It’s time to de-emphasize the standardized test scores


Three dreaded letters: SAT. But these three letters can make or break a student's future.

Shawna Sawall, Journalism 1 Writer

A few weeks ago, my school counselor came into my class in order to provide my fellow classmates and I with information about the SAT, as well as how we should go about preparing for it. You’re probably assuming I sat there and listened attentively to the important information being told but,  in reality- I slid down in my chair and zoned out instantly. It’s not that I’m uninterested in going to college, I’m uninterested in what I have to do to get there.

One of the key components to getting into a good college is getting a good score on either the SAT or ACT. The goal is to score as high as you can, and these tests are over subjects like math, English, history, science, and the English language. To put it in simple terms, these standardized tests are supposed to determine how intelligent and academically prepared for college you are.

Intelligence can’t be measured in general and especially not by standardized tests. Each individual is smart in different ways and in varying subjects. People that are good at math can also be terrible at English and vice versa. Education researcher Gerald W. Bracey, PhD, notes that tests like the SAT cannot measure “creativity, critical thinking, resilience, motivation, persistence, curiosity, endurance, reliability, enthusiasm, empathy, self-awareness, self-discipline, leadership, civic-mindedness, courage, compassion, resourcefulness, sense of beauty, sense of wonder, honesty, integrity,” all of which are incredibly important predictors of a student’s success in college.

Also, many students have test anxiety to the point where the testing is neither healthy nor valid.  According to the American Test Anxieties Association, 20% of students have high test anxiety and another 18% have moderately-high test anxiety. It’s unfair to give standardized tests like these when nearly half of the people taking it are in a state of mind in which it’s difficult to concentrate and give their best effort. So much pressure is placed on doing well on these tests that even the calmest test takers often feel nervous and uneasy.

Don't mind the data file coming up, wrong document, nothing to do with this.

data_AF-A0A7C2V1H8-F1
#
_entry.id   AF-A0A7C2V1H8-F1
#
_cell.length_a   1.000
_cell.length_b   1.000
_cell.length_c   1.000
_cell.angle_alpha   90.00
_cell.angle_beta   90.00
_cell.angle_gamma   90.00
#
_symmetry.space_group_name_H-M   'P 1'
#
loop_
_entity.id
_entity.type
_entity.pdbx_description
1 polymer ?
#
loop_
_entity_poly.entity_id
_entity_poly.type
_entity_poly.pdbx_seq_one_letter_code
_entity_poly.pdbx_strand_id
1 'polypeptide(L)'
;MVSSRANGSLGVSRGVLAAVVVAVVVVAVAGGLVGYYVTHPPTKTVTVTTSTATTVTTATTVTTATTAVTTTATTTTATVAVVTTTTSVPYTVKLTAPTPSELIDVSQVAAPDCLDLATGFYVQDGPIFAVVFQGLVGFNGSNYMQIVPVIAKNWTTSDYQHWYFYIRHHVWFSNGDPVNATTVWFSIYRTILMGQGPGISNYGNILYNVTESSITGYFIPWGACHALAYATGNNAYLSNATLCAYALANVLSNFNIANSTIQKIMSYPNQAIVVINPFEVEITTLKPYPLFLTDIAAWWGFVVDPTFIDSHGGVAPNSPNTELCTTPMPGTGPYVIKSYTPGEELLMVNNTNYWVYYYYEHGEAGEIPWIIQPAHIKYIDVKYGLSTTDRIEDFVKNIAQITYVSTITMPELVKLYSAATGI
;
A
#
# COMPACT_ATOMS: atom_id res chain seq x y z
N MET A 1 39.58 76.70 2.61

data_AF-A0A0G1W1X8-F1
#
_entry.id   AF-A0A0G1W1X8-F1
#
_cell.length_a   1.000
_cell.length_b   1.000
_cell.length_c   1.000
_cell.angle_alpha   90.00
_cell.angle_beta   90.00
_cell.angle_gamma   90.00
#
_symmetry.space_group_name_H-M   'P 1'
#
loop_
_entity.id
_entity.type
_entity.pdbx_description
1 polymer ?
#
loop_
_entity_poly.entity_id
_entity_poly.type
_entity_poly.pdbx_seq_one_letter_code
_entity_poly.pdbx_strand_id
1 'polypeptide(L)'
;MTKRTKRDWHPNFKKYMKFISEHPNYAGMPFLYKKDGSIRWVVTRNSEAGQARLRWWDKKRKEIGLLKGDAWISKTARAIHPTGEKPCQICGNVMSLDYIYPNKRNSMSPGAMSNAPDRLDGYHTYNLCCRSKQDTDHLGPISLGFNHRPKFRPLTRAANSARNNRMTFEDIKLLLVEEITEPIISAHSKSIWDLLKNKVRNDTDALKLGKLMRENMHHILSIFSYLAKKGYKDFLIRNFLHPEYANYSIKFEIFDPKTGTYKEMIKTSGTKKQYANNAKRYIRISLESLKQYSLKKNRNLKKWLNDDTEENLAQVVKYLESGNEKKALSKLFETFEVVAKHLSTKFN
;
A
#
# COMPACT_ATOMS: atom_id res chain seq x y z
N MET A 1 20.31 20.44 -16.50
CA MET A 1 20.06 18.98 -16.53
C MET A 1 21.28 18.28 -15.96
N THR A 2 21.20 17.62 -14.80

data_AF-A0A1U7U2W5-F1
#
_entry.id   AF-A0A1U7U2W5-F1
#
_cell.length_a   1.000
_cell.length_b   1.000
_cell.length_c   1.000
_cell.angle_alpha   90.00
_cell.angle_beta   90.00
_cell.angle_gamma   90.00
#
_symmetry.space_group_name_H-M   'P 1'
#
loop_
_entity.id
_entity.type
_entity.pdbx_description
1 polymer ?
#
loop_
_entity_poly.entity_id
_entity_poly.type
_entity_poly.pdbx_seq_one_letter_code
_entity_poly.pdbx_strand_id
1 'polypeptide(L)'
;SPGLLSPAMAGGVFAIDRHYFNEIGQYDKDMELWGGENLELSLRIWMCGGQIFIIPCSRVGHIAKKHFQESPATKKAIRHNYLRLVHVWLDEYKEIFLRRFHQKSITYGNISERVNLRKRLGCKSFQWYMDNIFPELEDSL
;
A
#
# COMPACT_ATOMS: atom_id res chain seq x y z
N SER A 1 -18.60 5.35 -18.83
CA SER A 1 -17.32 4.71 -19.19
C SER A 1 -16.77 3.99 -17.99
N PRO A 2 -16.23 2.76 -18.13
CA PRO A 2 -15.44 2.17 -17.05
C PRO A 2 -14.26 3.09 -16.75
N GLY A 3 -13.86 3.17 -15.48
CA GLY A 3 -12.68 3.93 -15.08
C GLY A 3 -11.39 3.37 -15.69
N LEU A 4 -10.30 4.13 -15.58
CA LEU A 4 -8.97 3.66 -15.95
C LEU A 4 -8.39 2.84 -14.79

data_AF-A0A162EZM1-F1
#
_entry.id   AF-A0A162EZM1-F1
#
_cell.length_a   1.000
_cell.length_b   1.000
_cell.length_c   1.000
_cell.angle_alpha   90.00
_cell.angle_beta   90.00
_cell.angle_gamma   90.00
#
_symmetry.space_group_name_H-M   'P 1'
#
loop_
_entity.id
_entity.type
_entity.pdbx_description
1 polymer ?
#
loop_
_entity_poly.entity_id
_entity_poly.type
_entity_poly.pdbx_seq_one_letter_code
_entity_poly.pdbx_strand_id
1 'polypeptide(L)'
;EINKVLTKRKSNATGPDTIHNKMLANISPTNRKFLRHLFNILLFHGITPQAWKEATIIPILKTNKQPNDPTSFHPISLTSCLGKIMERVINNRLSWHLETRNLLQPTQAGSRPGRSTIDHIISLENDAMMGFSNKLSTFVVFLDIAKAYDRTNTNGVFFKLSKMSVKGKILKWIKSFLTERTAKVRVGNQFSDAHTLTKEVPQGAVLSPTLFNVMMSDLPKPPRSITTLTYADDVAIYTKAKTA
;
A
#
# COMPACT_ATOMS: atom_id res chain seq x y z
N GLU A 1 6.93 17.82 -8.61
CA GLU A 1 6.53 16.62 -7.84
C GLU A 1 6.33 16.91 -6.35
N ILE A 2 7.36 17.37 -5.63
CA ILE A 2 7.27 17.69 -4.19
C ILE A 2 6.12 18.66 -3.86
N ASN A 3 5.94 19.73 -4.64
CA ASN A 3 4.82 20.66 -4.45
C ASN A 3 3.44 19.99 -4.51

Some colleges recognize this and have even started to de-emphasize test scores as part of applications resulting in new initiatives like the test-optional policy. This policy means that it’s completely up to you whether your test results are an accurate representation of your potential and overall ability. If you believe they are, you send them in and if not- you don’t have to. Some of the top colleges who have eliminated their test scores requirements are Bates College, Bowdoin College, Bryn Mawr College, George Washington University, Sarah Lawrence College, University of Chicago, University of Iowa, Wake Forest University, and Wesleyan University.


Advocates of standardized testing point to the fact that students can take the tests as many times as they want in order to get a higher score, so if someone is willing to work hard, the test isn’t a hurdle to future success. Sounds simple right? The reality is that these tests take 3-4 hours to complete and cost money each time you take it. For example, taking the SAT costs $64 and it’s common for students to spend at least $100 overall due to the other fees and services associated with the exam. The ACT costs $46.00 (no writing) or $62.50 (with optional writing test) and can have a late-registration fee of $30 if students miss the registration deadline, in addition to other costs and fees.

Performing poorly on these standardized tests negatively impacts students because it plants the seed in their minds that they aren’t “good students,” which then leads to them questioning their own intelligence and even their value as a member of the school learning community. Students should not have to take the SAT or ACT because it does more harm than good by causing unneeded stress and frightening people. Schools are supposed to be safe places that value all different kinds of students, and mandatory standardized testing is completely opposed to that idea.